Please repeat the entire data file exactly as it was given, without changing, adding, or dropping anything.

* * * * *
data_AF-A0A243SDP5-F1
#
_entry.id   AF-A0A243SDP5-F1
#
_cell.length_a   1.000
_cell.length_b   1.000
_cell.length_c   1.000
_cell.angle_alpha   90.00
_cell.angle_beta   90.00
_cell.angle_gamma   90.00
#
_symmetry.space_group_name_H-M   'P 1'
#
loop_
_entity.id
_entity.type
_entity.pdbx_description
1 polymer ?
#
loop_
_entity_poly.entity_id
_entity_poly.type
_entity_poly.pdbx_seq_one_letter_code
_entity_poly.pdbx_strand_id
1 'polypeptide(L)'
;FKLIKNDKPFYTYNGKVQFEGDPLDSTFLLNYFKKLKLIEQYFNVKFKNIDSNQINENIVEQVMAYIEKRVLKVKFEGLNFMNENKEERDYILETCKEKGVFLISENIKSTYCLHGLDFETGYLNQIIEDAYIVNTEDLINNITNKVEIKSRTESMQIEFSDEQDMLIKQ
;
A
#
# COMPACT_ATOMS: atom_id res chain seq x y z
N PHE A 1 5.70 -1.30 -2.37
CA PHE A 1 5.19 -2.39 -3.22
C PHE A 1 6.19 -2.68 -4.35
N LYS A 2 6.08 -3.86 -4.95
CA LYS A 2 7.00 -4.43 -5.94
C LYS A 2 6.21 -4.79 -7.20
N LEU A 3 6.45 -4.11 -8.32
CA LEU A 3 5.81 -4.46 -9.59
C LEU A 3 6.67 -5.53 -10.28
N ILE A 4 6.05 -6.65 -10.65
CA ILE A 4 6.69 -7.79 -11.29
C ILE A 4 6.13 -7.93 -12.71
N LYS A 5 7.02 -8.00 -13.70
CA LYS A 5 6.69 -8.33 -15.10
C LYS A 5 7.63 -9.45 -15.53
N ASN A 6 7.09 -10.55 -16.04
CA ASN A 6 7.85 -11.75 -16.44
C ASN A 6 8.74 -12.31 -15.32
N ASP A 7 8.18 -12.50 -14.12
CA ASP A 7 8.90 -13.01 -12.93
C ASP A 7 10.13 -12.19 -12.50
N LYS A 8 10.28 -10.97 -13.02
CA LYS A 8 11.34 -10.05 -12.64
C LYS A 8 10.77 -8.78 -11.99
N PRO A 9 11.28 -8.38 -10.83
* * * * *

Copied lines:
data_AF-A0A243SDP5-F1
#
_entry.id   AF-A0A243SDP5-F1
#
_cell.length_a   1.000
_cell.length_b   1.000
_cell.length_c   1.000
_cell.angle_alpha   90.00
_cell.angle_beta   90.00
_cell.angle_gamma   90.00
#
_symmetry.space_group_name_H-M   'P 1'
#
loop_
_entity.id
_entity.type
_entity.pdbx_description
1 polymer ?
#
loop_
_entity_poly.entity_id
_entity_poly.type
_entity_poly.pdbx_seq_one_letter_code
_entity_poly.pdbx_strand_id
1 'polypeptide(L)'
;FKLIKNDKPFYTYNGKVQFEGDPLDSTFLLNYFKKLKLIEQYFNVKFKNIDSNQINENIVEQVMAYIEKRVLKVKFEGLNFMNENKEERDYILETCKEKGVFLISENIKSTYCLHGLDFETGYLNQIIEDAYIVNTEDLINNITNKVEIKSRTESMQIEFSDEQDMLIKQ
;
A
#
# COMPACT_ATOMS: atom_id res chain seq x y z
N PHE A 1 5.70 -1.30 -2.37
CA PHE A 1 5.19 -2.39 -3.22
C PHE A 1 6.19 -2.68 -4.35
N LYS A 2 6.08 -3.86 -4.95
CA LYS A 2 7.00 -4.43 -5.94
C LYS A 2 6.21 -4.79 -7.20
N LEU A 3 6.45 -4.11 -8.32
CA LEU A 3 5.81 -4.46 -9.59
C LEU A 3 6.67 -5.53 -10.28
N ILE A 4 6.05 -6.65 -10.65
CA ILE A 4 6.69 -7.79 -11.29
C ILE A 4 6.13 -7.93 -12.71
N LYS A 5 7.02 -8.00 -13.70
CA LYS A 5 6.69 -8.33 -15.10
C LYS A 5 7.63 -9.45 -15.53
N ASN A 6 7.09 -10.55 -16.04
CA ASN A 6 7.85 -11.75 -16.44
C ASN A 6 8.74 -12.31 -15.32
N ASP A 7 8.18 -12.50 -14.12
CA ASP A 7 8.90 -13.01 -12.93
C ASP A 7 10.13 -12.19 -12.50
N LYS A 8 10.28 -10.97 -13.02
CA LYS A 8 11.34 -10.05 -12.64
C LYS A 8 10.77 -8.78 -11.99
N PRO A 9 11.28 -8.38 -10.83